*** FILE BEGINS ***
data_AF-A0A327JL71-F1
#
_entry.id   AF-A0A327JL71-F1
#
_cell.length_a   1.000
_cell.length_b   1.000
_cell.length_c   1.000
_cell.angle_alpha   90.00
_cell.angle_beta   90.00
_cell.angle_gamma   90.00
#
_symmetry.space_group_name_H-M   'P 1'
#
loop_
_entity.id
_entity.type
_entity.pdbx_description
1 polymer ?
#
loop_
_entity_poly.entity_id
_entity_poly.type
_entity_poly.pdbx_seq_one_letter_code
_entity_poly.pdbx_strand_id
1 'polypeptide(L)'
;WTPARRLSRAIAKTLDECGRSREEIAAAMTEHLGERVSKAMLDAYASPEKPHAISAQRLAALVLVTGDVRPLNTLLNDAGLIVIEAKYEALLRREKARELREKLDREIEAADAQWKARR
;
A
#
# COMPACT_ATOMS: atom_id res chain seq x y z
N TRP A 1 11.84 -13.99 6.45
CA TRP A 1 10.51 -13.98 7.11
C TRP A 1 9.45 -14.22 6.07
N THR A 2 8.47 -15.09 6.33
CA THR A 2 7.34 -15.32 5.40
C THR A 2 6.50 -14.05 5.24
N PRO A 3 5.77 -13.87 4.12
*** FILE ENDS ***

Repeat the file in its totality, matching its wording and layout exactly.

data_AF-A0A327JL71-F1
#
_entry.id   AF-A0A327JL71-F1
#
_cell.length_a   1.000
_cell.length_b   1.000
_cell.length_c   1.000
_cell.angle_alpha   90.00
_cell.angle_beta   90.00
_cell.angle_gamma   90.00
#
_symmetry.space_group_name_H-M   'P 1'
#
loop_
_entity.id
_entity.type
_entity.pdbx_description
1 polymer ?
#
loop_
_entity_poly.entity_id
_entity_poly.type
_entity_poly.pdbx_seq_one_letter_code
_entity_poly.pdbx_strand_id
1 'polypeptide(L)'
;WTPARRLSRAIAKTLDECGRSREEIAAAMTEHLGERVSKAMLDAYASPEKPHAISAQRLAALVLVTGDVRPLNTLLNDAGLIVIEAKYEALLRREKARELREKLDREIEAADAQWKARR
;
A
#
# COMPACT_ATOMS: atom_id res chain seq x y z
N TRP A 1 11.84 -13.99 6.45
CA TRP A 1 10.51 -13.98 7.11
C TRP A 1 9.45 -14.22 6.07
N THR A 2 8.47 -15.09 6.33
CA THR A 2 7.34 -15.32 5.40
C THR A 2 6.50 -14.05 5.24
N PRO A 3 5.77 -13.87 4.12